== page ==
Back to the Ephesian Church; in John's book of Revelation, he records the words of Jesus saying to them: 

 I know your deeds, your hard work and your perseverance. I know that you cannot tolerate wicked people, that you have tested those who claim to be apostles but are not, and have found them false. You have persevered and have endured hardships for my name, and have not grown weary.  Yet I hold this against you: You have forsaken the love you had at first. (Revelation 2)

I once heard a story of a man in marriage counseling who had difficulty talking about his feelings.  The doctor had heard the complaint from his wife that: "he never tells me that he loves me!"  He asked the man, why he never told his wife he loved her.  His reply:"I told her when we got married, I'll let her know if I change my mind."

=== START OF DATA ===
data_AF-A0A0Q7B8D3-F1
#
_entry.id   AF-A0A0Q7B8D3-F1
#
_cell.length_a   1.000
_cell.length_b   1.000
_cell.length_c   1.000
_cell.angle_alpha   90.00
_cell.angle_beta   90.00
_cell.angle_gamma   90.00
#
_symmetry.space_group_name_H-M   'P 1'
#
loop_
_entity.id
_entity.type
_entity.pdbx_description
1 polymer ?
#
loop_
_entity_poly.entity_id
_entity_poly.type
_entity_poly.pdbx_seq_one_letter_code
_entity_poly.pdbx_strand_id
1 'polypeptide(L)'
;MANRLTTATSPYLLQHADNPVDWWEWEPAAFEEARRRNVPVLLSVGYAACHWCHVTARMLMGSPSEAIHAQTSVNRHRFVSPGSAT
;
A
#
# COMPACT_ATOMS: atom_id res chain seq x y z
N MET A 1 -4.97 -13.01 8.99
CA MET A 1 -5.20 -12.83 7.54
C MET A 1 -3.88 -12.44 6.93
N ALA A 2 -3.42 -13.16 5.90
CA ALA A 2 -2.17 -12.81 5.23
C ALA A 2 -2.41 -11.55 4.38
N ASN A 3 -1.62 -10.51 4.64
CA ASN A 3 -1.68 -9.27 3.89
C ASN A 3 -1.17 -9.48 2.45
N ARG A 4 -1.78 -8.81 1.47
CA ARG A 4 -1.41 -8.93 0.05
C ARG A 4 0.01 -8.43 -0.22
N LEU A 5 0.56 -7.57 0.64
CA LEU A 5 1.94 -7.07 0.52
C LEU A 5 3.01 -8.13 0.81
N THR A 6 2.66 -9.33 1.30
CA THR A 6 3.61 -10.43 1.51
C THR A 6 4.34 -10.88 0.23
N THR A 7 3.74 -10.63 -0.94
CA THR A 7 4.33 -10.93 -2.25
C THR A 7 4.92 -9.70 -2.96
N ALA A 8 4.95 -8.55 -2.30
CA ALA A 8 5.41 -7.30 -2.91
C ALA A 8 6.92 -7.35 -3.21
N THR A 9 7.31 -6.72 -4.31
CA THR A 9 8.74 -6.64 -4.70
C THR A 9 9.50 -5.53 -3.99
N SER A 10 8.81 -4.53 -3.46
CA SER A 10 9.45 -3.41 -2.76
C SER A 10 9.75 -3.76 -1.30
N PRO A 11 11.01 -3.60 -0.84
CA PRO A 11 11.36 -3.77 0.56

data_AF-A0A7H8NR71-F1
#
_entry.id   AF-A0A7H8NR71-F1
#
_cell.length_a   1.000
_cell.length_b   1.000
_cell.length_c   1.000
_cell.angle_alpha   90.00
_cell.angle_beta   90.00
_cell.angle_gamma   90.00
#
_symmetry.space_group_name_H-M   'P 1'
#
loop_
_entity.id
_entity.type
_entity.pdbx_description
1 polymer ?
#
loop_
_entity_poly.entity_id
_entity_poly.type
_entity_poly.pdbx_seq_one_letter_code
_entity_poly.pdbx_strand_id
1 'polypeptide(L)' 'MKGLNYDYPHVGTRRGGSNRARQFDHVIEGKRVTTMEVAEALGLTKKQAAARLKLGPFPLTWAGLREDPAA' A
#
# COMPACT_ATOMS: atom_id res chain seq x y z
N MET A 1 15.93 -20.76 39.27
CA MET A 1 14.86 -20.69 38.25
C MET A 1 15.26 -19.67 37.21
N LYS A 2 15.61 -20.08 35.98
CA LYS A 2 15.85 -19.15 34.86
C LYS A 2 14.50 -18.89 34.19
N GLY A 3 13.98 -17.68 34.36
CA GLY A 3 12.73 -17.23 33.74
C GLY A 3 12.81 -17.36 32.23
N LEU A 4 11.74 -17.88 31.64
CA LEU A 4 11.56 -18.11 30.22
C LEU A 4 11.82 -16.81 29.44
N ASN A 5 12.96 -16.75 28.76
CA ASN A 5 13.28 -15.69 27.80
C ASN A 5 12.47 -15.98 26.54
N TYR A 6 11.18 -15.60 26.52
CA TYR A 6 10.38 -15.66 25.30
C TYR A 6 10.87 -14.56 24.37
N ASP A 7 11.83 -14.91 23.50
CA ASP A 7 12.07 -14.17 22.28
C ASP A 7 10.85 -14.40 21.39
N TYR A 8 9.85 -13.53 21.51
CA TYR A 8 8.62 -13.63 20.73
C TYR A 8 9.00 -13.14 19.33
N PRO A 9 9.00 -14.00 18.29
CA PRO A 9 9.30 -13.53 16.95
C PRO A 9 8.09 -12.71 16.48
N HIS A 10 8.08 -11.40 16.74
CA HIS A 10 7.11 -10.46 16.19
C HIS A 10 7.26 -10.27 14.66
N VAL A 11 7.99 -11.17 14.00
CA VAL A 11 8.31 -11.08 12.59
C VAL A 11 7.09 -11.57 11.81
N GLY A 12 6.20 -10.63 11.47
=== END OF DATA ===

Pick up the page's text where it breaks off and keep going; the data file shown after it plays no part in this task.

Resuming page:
God gives us love constantly and continuously.  Do we return it?  How many churches are on fire with God's love?  When love leaves, the church dies.  We love one another because God first loved us I John 4:19 tells us.  But then John writes these words:  " If someone says, "I love God," and hates his brother, he is a liar; for the one who does not love his brother whom he has seen, cannot love God whom he has not seen.…"

 I was so overjoyed at the way our diocese has responded to the division in this diocese.  All I have seen has been loving from Bishop Charlie and even those who have left congregations to continue with the Episcopal Church.  Paul experienced grace from God in such a profound way, that he who had personally seen to the imprisonment and death of followers of Jesus, should encounter such forgiveness and Divine love on the road to Damascus.  But to keep our love for God alive, we must exercise it, partake of it, and share it with others.  A deeper truth is that God has put his love into our hearts.  If God is within, I do not know how we can possibly keep it to ourselves!  Love is action--thought, word and deed.  We are here to love the unbeliever and the believer for Jesus' sake.  That is why the Holy Spirit lives in us, to continue the work that Jesus began.